Securing outstanding maritime boundaries to feature on Leaders’ Summit agenda
4 September, 2018, 1:30 pm
By Makereta Komai, PACNEWS Editor in Nauru
YAREN, 04 SEPTEMBER 2018 (PACNEWS) – A key issue on the agenda of the Pacific Islands Forum Leaders meeting this week in Nauru will be discussion between members and development partners on resolving 13 outstanding shared maritime boundaries.
That’s an urgent matter that Secretary General of the Pacific Islands Forum, Dame Meg Taylor is keen to get the conversation going between leaders and dialogue partners to resolve these outstanding boundaries.
“Securing maritime boundaries for member countries of the Pacific Islands Forum is crucial in realising the value of their oceans resources. It’s a critical concern that Pacific countries need to deal with if they are to secure the integrity of ocean sovereignty, emphasised Dame Meg in a conversation with the Pacific media in Nauru Sunday.
Since the endorsement of the Framework for a Pacific Oceanscape in 2010, the Pacific has progressed in resolving a number of maritime boundaries. A total of 15 treaties have been signed between countries to delimit their shared maritime boundaries.
Of the 48 shared maritime boundaries in the Pacific, 35 have now been settled in signed treaties, with 13 more yet to be resolved.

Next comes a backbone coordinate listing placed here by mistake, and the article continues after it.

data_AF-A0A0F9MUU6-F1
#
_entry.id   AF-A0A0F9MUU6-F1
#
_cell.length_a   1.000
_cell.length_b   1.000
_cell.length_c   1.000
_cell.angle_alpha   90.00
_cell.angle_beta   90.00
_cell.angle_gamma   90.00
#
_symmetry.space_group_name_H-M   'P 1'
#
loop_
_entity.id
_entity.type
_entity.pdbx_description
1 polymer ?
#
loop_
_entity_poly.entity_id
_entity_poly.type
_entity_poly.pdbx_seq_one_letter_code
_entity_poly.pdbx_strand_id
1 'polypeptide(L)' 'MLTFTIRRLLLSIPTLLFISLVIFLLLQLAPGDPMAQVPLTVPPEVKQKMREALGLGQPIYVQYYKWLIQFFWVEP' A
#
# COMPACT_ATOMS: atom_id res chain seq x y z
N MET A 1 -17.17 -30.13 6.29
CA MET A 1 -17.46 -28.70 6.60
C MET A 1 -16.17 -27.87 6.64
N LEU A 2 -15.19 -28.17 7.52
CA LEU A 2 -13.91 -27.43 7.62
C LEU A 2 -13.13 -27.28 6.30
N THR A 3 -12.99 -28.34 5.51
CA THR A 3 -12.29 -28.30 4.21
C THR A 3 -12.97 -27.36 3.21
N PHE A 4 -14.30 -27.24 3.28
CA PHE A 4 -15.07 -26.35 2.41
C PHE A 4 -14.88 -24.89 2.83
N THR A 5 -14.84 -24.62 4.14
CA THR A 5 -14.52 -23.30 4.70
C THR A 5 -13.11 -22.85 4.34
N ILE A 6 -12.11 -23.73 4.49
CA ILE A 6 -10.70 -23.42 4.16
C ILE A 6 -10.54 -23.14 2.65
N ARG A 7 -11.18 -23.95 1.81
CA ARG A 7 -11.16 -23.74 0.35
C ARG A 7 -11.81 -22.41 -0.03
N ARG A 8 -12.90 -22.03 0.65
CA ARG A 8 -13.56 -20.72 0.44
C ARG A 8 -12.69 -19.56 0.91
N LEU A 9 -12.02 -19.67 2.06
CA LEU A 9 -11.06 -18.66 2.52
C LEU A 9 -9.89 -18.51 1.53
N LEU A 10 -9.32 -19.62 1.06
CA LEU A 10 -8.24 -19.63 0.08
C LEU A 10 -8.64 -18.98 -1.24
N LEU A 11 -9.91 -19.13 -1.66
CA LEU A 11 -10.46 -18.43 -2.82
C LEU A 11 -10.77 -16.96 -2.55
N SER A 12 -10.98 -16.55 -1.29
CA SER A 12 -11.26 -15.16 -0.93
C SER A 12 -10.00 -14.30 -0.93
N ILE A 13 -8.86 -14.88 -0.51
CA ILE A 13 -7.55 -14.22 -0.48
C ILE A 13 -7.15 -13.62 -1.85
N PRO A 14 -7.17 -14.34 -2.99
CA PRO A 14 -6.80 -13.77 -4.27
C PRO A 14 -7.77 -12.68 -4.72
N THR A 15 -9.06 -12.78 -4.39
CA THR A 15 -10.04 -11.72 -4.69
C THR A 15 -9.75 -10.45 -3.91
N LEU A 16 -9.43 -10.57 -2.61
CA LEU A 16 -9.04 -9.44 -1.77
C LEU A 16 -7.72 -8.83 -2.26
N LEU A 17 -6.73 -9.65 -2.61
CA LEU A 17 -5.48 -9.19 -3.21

Dame Meg said there are active discussions currently underway to resolve some of these outstanding shared boundaries – between Tonga, Samoa and Niue, Fiji and Vanuatu and Samoa and Tonga.
“Settlement of maritime boundaries provides certainty to the ownership of our ocean space, which is vital for managing our oceans resources, biodiversity, ecosystems and fighting the impacts of climate change.”
One of the challenges for Pacific countries is the lack of scientific research and knowledge of our ocean resources, said outgoing Vice Chancellor of the University of the South Pacific, Professor Rajesh Chandra.
“Unless we know what we have within our EEZs, we cannot protect our interests. We cannot negotiate with strength without scientific data to support our claims. We know more about our fisheries but not about our oceans. We need to step up our scientific research, said Professor Chandra.
He said it’s crucial that the Pacific determine the agenda of the scientific research on oceans.
“We have some scientific capabilities in the region, but we can do this better through partnerships with other universities and development partners. This is the age of collaboration but it’s crucial to drive the point that the Pacific must drive the agenda for these researches.
The outgoing director general of the Pacific Islands Forum Fisheries Agency (FFA), James Movick agrees the shifting of geopolitics in our region requires us the Pacific to take ownership of our resources and scientific researches is the best way to start.
“The changing geopolitics of our region has seen major powers in the Pacific interested in our resources. A lot of scientific researchers are being done by independent research groups and some of them come up with outrageous reports. We need to set the processes and rules to track and better assess these researches. We need to set up a regional peer review process to better manage these scientific researches, said Movick.
The conversation with the Pacific Media was organised by the newly established Office of the Pacific Ocean Commissioner. Dame Meg, is the region’s Ocean Commissioner.